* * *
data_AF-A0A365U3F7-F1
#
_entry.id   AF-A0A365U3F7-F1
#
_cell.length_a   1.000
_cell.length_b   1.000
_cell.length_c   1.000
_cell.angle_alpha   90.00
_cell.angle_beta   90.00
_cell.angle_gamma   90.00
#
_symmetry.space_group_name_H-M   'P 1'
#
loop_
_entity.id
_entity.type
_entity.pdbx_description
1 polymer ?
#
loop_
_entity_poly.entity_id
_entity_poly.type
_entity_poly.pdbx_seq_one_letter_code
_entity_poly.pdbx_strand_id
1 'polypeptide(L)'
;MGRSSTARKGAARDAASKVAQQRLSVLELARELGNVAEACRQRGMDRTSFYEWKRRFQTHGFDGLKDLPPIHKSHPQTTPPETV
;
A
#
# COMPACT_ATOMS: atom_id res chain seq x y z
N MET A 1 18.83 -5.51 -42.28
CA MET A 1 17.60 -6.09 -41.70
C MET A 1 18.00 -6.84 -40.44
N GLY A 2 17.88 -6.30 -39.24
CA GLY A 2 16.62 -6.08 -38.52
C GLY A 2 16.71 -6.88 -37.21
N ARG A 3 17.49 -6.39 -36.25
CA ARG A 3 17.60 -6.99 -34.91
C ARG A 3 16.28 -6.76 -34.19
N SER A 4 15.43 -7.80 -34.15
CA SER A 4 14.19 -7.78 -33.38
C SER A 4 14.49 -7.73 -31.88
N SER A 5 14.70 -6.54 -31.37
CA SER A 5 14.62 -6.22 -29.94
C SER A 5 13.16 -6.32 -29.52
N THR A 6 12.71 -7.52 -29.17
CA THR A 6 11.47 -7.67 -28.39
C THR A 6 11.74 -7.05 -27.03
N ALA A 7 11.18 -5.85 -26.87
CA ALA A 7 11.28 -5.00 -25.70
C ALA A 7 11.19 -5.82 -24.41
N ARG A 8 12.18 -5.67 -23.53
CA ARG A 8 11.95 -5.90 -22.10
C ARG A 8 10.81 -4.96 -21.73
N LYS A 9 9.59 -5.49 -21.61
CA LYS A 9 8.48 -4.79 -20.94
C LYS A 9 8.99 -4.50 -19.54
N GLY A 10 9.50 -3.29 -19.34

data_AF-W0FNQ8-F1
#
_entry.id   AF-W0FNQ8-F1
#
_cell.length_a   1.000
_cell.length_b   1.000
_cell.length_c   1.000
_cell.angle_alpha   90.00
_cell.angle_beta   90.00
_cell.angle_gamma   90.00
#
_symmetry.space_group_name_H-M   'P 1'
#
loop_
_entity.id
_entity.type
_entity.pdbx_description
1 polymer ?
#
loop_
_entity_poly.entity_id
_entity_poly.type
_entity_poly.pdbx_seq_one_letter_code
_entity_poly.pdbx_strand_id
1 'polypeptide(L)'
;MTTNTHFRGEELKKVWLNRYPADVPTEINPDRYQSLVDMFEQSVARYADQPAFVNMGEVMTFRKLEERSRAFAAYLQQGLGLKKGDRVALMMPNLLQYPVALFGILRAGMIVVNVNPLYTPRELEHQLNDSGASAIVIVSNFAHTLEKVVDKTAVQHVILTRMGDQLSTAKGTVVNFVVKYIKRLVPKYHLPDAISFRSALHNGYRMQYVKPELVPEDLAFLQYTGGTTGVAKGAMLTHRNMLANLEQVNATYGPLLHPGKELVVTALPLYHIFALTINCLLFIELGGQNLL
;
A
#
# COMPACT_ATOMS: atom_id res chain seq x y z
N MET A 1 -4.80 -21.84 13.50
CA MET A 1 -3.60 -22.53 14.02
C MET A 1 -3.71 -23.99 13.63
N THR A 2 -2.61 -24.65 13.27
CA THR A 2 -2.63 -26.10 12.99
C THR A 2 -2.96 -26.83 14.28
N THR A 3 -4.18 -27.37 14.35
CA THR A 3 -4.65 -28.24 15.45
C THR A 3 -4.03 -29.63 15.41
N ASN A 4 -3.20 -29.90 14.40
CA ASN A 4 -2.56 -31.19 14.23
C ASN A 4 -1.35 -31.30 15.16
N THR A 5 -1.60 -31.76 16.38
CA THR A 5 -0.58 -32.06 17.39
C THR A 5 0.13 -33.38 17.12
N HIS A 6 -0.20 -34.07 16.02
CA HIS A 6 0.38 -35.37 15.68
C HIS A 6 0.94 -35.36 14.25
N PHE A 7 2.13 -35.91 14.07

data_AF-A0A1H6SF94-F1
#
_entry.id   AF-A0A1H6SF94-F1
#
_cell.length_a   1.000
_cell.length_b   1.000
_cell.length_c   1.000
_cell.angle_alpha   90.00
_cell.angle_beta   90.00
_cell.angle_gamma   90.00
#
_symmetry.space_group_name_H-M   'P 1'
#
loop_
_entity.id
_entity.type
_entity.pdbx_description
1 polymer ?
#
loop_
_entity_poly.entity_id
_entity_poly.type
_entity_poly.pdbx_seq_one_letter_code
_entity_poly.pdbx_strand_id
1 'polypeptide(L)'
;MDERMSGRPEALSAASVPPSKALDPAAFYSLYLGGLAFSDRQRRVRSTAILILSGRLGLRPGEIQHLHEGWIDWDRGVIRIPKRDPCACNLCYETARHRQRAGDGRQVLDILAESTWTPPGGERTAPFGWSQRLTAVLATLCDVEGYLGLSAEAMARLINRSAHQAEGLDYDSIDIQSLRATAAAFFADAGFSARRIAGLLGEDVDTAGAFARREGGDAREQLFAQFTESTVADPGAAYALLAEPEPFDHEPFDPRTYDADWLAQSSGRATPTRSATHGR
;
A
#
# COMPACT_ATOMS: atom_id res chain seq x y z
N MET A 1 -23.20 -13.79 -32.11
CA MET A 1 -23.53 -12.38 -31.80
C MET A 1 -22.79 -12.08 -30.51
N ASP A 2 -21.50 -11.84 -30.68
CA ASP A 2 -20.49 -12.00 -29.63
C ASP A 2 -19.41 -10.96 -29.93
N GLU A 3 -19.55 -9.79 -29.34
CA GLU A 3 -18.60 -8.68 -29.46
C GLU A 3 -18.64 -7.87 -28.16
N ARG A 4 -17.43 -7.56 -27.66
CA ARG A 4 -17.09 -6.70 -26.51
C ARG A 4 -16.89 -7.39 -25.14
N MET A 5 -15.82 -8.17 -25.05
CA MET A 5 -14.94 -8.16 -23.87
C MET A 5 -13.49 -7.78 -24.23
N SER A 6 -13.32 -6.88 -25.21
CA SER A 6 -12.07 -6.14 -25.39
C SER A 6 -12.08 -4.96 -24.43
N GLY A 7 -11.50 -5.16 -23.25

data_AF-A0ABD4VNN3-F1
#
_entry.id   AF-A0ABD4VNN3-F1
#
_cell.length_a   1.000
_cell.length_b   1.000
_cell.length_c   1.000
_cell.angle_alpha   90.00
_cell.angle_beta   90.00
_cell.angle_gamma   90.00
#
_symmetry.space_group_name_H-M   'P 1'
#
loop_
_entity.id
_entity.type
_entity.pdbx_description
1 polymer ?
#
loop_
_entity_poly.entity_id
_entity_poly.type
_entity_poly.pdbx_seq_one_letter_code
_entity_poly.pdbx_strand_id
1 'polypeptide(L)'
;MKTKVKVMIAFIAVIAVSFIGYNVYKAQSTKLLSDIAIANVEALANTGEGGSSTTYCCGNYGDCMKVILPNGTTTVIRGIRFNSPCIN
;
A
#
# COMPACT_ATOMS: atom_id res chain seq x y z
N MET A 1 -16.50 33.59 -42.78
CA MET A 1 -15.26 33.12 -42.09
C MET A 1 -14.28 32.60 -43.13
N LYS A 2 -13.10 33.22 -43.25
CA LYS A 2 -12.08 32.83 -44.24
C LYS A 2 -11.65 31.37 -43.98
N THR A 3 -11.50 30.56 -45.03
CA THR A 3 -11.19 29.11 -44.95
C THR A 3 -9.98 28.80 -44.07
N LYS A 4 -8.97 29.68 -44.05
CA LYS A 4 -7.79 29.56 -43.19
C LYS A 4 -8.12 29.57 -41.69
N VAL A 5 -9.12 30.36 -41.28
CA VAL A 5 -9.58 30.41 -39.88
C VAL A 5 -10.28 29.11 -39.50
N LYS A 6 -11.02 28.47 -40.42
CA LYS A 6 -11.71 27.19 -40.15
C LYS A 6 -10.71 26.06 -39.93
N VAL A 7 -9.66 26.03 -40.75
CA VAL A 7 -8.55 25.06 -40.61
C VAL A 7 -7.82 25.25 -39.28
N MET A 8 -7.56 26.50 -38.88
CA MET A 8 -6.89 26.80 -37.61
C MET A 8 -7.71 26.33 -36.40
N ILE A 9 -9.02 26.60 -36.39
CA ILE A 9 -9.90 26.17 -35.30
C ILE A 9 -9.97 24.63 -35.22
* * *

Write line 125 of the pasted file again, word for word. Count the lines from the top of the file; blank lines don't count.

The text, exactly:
1 polymer ?